What Good Is A Sweet Buzzer-Beater If I Don’t Know The Shooter’s Systolic Blood Pressure?
1:41 PM EST on January 7, 2021
An example posted to Whoop’s Instagram last summer shows its potential: When Justin Thomas faced a 50-foot putt on the first playoff hole of July’s Workday Charity Open, his heart was pumping 112 times per minute as he readied his putter, 119 at ball strike and up to 146 when it sank.
“This is the beginning of making the fan experience much more data-rich,” says Will Ahmed, CEO of Whoop, which recently won SportTechie’s 2020 award for Outstanding Technology. “What starts with heart rate, over time, could be a lot of different physiological metrics, including things like sleep and recovery, which I think would be pretty innovative. It really is a true partnership in the sense that both Whoop and the PGA Tour are going to be working to figure this out and figure out ways to enhance the fan experience together.”
That's from SportTechie dot com (I dunno, man), in an article hailing a "landmark deal" between a, ah, "personalized fitness tracking" company called Whoop and the PGA Tour "that will allow for golfers’ heart rates to be synced with celebratory video highlights such as tournament-winning putts or holed-out iron shots from the fairway." Yes. Ha ha ha... yes! Now, now, for the first time ever, some human drama in sports, some reason to watch.
If you are anything like me, a totally normal person, a one-man representative sample of humanity, you are incapable of appreciating athletic spectacle unaccompanied by full, unfettered access to all the biological functions of the participants (and also at present have a wire coat-hanger seven inches into your left ear). That is why you, like me, are constantly begging for sports to make the fan experience much more data-rich. And if you are not, you can go to hell.
What good is a hole-in-one if I don't know Dustin Johnson's O2 sats at the exact moment the ball drops into the cup? Of what entertainment value is a deft topspin passing shot executed at a dead sprint to fend off a match point if I cannot view a real-time electroencephalogram of Naomi Osaka's brainwaves as she executes it? How in the hell am I supposed to just enjoy some baloney 500-foot home run if I'm hearing (real or fake) crowd noise instead of a live audio feed of the pulped turkey sandwich gurgling and fizzling its ruined way toward the slugger's smelly asshole even as the clobbered baseball arcs away into the sky?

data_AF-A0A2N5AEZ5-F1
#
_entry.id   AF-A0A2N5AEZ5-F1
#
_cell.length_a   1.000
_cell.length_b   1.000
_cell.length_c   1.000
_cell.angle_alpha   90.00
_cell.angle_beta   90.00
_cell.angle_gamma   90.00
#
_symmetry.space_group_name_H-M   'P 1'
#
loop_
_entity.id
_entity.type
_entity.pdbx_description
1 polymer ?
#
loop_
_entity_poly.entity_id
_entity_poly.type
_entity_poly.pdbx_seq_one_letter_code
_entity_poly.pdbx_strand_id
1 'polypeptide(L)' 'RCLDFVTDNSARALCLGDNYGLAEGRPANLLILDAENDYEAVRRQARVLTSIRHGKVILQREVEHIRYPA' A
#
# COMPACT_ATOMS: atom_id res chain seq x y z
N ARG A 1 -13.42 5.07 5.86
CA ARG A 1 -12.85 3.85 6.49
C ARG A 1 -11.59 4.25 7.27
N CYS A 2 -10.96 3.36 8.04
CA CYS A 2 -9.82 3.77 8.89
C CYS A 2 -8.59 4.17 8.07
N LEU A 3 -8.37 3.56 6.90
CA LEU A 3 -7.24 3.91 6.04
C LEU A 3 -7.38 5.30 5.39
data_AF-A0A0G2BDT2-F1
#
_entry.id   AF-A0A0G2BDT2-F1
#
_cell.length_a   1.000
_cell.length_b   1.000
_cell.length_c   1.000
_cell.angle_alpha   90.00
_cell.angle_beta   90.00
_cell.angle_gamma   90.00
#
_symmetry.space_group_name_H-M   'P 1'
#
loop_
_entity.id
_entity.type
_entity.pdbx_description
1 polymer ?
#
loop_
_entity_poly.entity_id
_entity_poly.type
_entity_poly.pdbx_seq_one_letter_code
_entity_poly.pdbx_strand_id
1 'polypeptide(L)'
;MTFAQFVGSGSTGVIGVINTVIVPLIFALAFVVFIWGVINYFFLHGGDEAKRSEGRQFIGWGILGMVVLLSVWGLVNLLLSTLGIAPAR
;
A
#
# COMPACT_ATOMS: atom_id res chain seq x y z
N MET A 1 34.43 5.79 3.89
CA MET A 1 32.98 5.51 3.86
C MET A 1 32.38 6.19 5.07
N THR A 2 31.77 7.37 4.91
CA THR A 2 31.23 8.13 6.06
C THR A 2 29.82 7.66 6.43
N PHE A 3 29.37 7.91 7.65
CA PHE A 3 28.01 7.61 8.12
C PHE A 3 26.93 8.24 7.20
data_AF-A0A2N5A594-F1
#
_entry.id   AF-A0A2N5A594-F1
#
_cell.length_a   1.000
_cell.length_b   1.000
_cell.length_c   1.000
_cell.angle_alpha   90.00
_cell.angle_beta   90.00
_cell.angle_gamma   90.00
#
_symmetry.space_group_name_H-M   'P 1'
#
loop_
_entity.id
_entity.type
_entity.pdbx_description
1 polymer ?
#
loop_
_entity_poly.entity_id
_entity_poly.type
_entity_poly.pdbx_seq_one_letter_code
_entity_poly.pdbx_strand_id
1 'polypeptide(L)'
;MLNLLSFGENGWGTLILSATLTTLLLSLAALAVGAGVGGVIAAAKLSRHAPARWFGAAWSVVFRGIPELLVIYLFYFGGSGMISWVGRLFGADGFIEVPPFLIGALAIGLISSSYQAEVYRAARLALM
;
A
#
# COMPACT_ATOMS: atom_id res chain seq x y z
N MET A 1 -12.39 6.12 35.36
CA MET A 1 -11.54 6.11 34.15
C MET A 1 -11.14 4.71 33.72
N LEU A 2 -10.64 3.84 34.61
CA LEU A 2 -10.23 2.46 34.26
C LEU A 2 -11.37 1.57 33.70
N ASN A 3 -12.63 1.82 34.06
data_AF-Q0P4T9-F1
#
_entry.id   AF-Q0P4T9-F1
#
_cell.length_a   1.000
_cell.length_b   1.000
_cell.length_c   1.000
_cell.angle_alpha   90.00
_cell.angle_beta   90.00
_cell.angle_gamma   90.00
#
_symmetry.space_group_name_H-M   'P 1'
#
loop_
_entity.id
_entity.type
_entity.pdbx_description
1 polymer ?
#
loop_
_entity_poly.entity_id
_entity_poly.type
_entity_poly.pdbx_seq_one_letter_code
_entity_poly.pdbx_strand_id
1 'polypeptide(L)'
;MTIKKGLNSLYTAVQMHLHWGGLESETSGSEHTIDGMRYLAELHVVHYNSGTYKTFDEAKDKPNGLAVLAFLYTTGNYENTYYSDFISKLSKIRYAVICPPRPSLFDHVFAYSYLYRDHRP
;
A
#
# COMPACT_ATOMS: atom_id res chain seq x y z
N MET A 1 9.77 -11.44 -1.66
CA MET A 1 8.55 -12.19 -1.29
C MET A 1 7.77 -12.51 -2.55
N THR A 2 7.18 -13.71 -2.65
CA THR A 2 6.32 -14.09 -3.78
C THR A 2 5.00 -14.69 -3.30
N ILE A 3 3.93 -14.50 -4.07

It's astounding and outrageous—shameful—that sports ever became popular in this country before this deal. When "the fan experience" offered no deeper insight into the biological workings and human experiences of athletes than what could be learned via pathetic data-impoverished bullshit like "watching them play sports" and "reading and thinking about the things they say about their lives" and "relating to them as human beings" instead of matching a readout of their biometric data to a recording of their performance to determine, conclusively, whether their sphincters tighten during moments of heightened leverage and/or physical exertion. What a waste of time!
What can you tell me about LeBron James's serotonin levels during the supposedly "historic" 2016 NBA Finals? Nothing, because he did not have a Whoop-branded biometric probe lodged behind his eyeball during any part of it. Did his heart rate even go up at all while he soared out of nowhere to block Andre Iguodala's layup attempt with 1:50 remaining in Game 7 of the series, preserving his chance to complete an unprecedented come-from-behind championship triumph against the most dominant team in NBA history up to that point and win his hometown its first major-sports championship in more than half a century? We don't even have enough data to make a guess; even if he was wearing an official Whoop biometric tracking bracelet on the wrist of the hand that smashed Iguodala's shot attempt off the backboard, in one of the most breathtaking displays of athletic greatness ever recorded on video, its findings were not subject to any kind of promotional deal between the personal performance tracking company and the league. Disgraceful. Sickening. It might as well never have happened at all.
Whoop's deal with the PGA Tour is just the beginning. Golfers, as SportsTechie dot com notes, are "essentially independent contractors"; therefore they'll have to opt into having their essential life functions tracked by wearable technology and disseminated to the public for the purposes of entertainment and marketing. The rest of us can only hope that the concept "highlight videos paired with readouts of the golfers' concurrent vital signs" does good enough business to be picked up and adapted by the other sports, the ones with more power to compel athletes to allow the tens of millions of perfect strangers in the viewing audience to have full access to what's going on inside their literal bodies as they do their jobs. Then, only then, may you and I awake at last from the sweet dream of knowing, in real time, just how farty Jarrett Allen's fettuccine Alfredo pregame dinner has made him, to find that it has come true.